[JURIST] Lawyers for the US Department of Justice (DOJ) on Thursday asked the US Court of Appeals for the Ninth Circuit [official websites] to overturn a ruling that the “Don’t Ask, Don’t Tell” policy (DADT) [10 USC § 654; JURIST news archive] is a violation of service members’ constitutional rights. The repeal of DADT is set to take effect on September 20, and the DOJ argued the impendency of the repeal renders the original court case moot [LAT report]. The Log Cabin Republicans (LCR) [advocacy website], the gay rights group that sued over the policy, urged the appeals court to uphold the ruling to prevent the government from banning gay military service in the future, noting that the new Congress may repeal the repeal [Bloomberg report]. The lawyer for the LCR indicated the ruling also serves as an important legal basis for collateral claims [AP report] for reinstatement, back pay or other compensation related to withheld benefits for service members affected by the policy. The DOJ countered that the court should not speculate about what may or may not happen in the future when making their decision.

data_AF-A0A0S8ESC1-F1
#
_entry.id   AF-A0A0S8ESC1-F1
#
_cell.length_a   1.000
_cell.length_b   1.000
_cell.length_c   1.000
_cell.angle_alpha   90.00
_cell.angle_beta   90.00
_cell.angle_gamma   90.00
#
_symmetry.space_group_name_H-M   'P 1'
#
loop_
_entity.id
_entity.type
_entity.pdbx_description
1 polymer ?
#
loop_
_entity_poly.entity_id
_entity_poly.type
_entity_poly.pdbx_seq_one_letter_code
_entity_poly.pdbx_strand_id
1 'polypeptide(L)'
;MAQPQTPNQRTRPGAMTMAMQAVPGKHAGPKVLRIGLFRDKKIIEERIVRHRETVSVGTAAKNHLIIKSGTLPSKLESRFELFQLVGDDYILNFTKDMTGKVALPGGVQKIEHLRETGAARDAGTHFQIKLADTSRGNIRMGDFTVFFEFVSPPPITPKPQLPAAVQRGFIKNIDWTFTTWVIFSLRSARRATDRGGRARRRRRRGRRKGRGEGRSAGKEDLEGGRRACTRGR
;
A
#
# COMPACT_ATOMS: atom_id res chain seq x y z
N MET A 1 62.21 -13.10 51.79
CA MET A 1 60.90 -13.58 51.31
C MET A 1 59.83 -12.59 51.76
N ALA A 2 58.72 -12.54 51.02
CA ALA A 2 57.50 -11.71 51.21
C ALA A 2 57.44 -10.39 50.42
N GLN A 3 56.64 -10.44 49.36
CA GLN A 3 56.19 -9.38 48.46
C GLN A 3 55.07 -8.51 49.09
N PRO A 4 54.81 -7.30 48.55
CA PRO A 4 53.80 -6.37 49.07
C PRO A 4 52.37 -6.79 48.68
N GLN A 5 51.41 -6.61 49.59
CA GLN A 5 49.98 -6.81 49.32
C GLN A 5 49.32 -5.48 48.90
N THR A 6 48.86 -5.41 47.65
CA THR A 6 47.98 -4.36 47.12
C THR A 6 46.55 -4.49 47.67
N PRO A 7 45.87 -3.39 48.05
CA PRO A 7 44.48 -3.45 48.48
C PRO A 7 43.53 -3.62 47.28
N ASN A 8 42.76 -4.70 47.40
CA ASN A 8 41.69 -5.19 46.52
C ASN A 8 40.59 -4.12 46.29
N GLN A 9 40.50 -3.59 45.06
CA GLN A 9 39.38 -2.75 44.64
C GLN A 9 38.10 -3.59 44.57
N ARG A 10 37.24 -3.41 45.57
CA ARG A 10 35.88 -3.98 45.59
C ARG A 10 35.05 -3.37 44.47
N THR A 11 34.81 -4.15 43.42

In July, the Ninth Circuit ruled that DADT would remain partially in effect [JURIST report] during the 60 days prior to its newly-scheduled repeal. The court effectively reiterated its order issued [JURIST report] the previous week, in which it reinstated DADT but explicitly ordered the military to refrain from investigating, penalizing or discharging any of its members as originally provided for under the policy. Hours earlier, President Barack Obama [official website], Defense Secretary Leon Panetta [official profile] and the Joint Chiefs of Staff certified [JURIST report] DADT’s repeal, scheduling the policy to end September 20. Obama signed the bill to repeal DADT [JURIST report] in December. The Don’t Ask, Don’t Tell Repeal Act of 2010 [HR 2965 materials] was approved in the Senate in December after being passed [JURIST reports] by the House of Representatives the week before. Since the enactment of DADT in 1993, approximately 13,000 servicemen and women have been discharged from the armed forces as a result of the policy.
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